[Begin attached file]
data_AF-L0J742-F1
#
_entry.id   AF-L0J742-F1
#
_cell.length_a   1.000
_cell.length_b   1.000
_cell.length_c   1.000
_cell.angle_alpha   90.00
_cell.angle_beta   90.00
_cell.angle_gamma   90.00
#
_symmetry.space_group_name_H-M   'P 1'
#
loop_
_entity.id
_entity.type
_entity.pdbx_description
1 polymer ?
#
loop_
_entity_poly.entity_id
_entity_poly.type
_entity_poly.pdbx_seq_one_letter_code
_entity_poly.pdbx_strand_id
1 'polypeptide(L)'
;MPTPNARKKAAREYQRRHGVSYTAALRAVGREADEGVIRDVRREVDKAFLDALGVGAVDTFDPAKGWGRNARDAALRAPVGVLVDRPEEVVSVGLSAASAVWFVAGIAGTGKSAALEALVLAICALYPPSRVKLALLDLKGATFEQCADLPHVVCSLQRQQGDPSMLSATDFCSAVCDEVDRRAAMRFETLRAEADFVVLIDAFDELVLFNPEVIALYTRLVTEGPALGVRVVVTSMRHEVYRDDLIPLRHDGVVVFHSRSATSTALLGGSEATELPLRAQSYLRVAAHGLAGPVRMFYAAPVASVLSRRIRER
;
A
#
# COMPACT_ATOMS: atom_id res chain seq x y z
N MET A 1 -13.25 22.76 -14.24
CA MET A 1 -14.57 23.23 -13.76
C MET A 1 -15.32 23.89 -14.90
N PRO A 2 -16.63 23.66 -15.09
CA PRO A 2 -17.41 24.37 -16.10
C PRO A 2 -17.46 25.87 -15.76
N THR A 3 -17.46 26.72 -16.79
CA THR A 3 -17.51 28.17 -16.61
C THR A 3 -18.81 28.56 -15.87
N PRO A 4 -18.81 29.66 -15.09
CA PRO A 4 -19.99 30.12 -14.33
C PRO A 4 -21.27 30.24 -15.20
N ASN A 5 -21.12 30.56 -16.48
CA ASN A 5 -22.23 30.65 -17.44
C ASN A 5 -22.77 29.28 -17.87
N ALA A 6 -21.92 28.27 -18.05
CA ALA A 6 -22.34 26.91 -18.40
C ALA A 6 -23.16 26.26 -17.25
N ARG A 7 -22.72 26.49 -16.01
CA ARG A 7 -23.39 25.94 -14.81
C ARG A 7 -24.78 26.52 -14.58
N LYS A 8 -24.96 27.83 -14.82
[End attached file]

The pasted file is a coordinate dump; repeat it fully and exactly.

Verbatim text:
data_AF-L0J742-F1
#
_entry.id   AF-L0J742-F1
#
_cell.length_a   1.000
_cell.length_b   1.000
_cell.length_c   1.000
_cell.angle_alpha   90.00
_cell.angle_beta   90.00
_cell.angle_gamma   90.00
#
_symmetry.space_group_name_H-M   'P 1'
#
loop_
_entity.id
_entity.type
_entity.pdbx_description
1 polymer ?
#
loop_
_entity_poly.entity_id
_entity_poly.type
_entity_poly.pdbx_seq_one_letter_code
_entity_poly.pdbx_strand_id
1 'polypeptide(L)'
;MPTPNARKKAAREYQRRHGVSYTAALRAVGREADEGVIRDVRREVDKAFLDALGVGAVDTFDPAKGWGRNARDAALRAPVGVLVDRPEEVVSVGLSAASAVWFVAGIAGTGKSAALEALVLAICALYPPSRVKLALLDLKGATFEQCADLPHVVCSLQRQQGDPSMLSATDFCSAVCDEVDRRAAMRFETLRAEADFVVLIDAFDELVLFNPEVIALYTRLVTEGPALGVRVVVTSMRHEVYRDDLIPLRHDGVVVFHSRSATSTALLGGSEATELPLRAQSYLRVAAHGLAGPVRMFYAAPVASVLSRRIRER
;
A
#
# COMPACT_ATOMS: atom_id res chain seq x y z
N MET A 1 -13.25 22.76 -14.24
CA MET A 1 -14.57 23.23 -13.76
C MET A 1 -15.32 23.89 -14.90
N PRO A 2 -16.63 23.66 -15.09
CA PRO A 2 -17.41 24.37 -16.10
C PRO A 2 -17.46 25.87 -15.76
N THR A 3 -17.46 26.72 -16.79
CA THR A 3 -17.51 28.17 -16.61
C THR A 3 -18.81 28.56 -15.87
N PRO A 4 -18.81 29.66 -15.09
CA PRO A 4 -19.99 30.12 -14.33
C PRO A 4 -21.27 30.24 -15.20
N ASN A 5 -21.12 30.56 -16.48
CA ASN A 5 -22.23 30.65 -17.44
C ASN A 5 -22.77 29.28 -17.87
N ALA A 6 -21.92 28.27 -18.05
CA ALA A 6 -22.34 26.91 -18.40
C ALA A 6 -23.16 26.26 -17.25
N ARG A 7 -22.72 26.49 -16.01
CA ARG A 7 -23.39 25.94 -14.81
C ARG A 7 -24.78 26.52 -14.58
N LYS A 8 -24.96 27.83 -14.82